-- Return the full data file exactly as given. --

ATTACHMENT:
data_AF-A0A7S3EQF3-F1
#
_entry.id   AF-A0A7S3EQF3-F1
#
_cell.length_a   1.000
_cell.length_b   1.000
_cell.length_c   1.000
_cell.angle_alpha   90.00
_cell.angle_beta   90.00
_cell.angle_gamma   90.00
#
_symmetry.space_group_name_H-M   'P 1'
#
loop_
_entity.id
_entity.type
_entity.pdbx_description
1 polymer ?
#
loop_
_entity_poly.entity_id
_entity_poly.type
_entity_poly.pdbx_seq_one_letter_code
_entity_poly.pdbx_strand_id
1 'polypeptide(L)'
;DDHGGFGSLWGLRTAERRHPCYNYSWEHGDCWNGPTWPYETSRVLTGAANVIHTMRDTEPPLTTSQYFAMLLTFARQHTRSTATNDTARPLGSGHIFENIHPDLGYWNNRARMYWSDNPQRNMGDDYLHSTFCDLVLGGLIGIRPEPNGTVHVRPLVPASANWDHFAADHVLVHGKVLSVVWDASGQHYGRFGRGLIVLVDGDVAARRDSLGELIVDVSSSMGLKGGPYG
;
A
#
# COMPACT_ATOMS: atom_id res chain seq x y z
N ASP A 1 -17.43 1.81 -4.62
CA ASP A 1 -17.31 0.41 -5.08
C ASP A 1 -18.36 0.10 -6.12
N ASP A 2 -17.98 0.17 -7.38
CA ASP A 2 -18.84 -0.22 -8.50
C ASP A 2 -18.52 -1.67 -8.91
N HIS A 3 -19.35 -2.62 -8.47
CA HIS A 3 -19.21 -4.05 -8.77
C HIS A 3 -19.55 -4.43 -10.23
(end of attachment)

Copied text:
data_AF-A0A7S3EQF3-F1
#
_entry.id   AF-A0A7S3EQF3-F1
#
_cell.length_a   1.000
_cell.length_b   1.000
_cell.length_c   1.000
_cell.angle_alpha   90.00
_cell.angle_beta   90.00
_cell.angle_gamma   90.00
#
_symmetry.space_group_name_H-M   'P 1'
#
loop_
_entity.id
_entity.type
_entity.pdbx_description
1 polymer ?
#
loop_
_entity_poly.entity_id
_entity_poly.type
_entity_poly.pdbx_seq_one_letter_code
_entity_poly.pdbx_strand_id
1 'polypeptide(L)'
;DDHGGFGSLWGLRTAERRHPCYNYSWEHGDCWNGPTWPYETSRVLTGAANVIHTMRDTEPPLTTSQYFAMLLTFARQHTRSTATNDTARPLGSGHIFENIHPDLGYWNNRARMYWSDNPQRNMGDDYLHSTFCDLVLGGLIGIRPEPNGTVHVRPLVPASANWDHFAADHVLVHGKVLSVVWDASGQHYGRFGRGLIVLVDGDVAARRDSLGELIVDVSSSMGLKGGPYG
;
A
#
# COMPACT_ATOMS: atom_id res chain seq x y z
N ASP A 1 -17.43 1.81 -4.62
CA ASP A 1 -17.31 0.41 -5.08
C ASP A 1 -18.36 0.10 -6.12
N ASP A 2 -17.98 0.17 -7.38
CA ASP A 2 -18.84 -0.22 -8.50
C ASP A 2 -18.52 -1.67 -8.91
N HIS A 3 -19.35 -2.62 -8.47
CA HIS A 3 -19.21 -4.05 -8.77
C HIS A 3 -19.55 -4.43 -10.23